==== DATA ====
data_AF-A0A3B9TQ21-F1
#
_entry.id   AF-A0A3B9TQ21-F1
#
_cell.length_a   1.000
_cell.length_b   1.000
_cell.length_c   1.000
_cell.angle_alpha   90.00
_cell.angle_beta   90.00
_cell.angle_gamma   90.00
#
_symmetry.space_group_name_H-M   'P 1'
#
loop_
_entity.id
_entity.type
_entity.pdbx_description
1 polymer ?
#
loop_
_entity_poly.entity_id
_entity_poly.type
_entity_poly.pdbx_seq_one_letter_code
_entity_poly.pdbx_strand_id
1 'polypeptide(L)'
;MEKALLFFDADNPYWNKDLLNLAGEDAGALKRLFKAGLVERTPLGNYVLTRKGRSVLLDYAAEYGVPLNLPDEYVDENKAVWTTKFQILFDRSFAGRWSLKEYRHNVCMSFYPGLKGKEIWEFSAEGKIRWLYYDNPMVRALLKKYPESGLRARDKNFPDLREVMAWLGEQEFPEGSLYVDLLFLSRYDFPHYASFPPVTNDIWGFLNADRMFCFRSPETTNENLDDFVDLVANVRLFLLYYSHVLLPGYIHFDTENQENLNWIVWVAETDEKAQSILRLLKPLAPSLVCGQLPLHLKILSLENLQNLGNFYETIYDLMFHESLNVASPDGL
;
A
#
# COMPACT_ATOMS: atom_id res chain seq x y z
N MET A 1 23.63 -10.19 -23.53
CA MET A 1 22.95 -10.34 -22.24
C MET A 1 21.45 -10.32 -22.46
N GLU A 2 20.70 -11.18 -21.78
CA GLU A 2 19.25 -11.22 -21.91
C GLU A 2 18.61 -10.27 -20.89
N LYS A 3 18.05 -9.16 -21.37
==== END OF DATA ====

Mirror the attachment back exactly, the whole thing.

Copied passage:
data_AF-A0A3B9TQ21-F1
#
_entry.id   AF-A0A3B9TQ21-F1
#
_cell.length_a   1.000
_cell.length_b   1.000
_cell.length_c   1.000
_cell.angle_alpha   90.00
_cell.angle_beta   90.00
_cell.angle_gamma   90.00
#
_symmetry.space_group_name_H-M   'P 1'
#
loop_
_entity.id
_entity.type
_entity.pdbx_description
1 polymer ?
#
loop_
_entity_poly.entity_id
_entity_poly.type
_entity_poly.pdbx_seq_one_letter_code
_entity_poly.pdbx_strand_id
1 'polypeptide(L)'
;MEKALLFFDADNPYWNKDLLNLAGEDAGALKRLFKAGLVERTPLGNYVLTRKGRSVLLDYAAEYGVPLNLPDEYVDENKAVWTTKFQILFDRSFAGRWSLKEYRHNVCMSFYPGLKGKEIWEFSAEGKIRWLYYDNPMVRALLKKYPESGLRARDKNFPDLREVMAWLGEQEFPEGSLYVDLLFLSRYDFPHYASFPPVTNDIWGFLNADRMFCFRSPETTNENLDDFVDLVANVRLFLLYYSHVLLPGYIHFDTENQENLNWIVWVAETDEKAQSILRLLKPLAPSLVCGQLPLHLKILSLENLQNLGNFYETIYDLMFHESLNVASPDGL
;
A
#
# COMPACT_ATOMS: atom_id res chain seq x y z
N MET A 1 23.63 -10.19 -23.53
CA MET A 1 22.95 -10.34 -22.24
C MET A 1 21.45 -10.32 -22.46
N GLU A 2 20.70 -11.18 -21.78
CA GLU A 2 19.25 -11.22 -21.91
C GLU A 2 18.61 -10.27 -20.89
N LYS A 3 18.05 -9.16 -21.37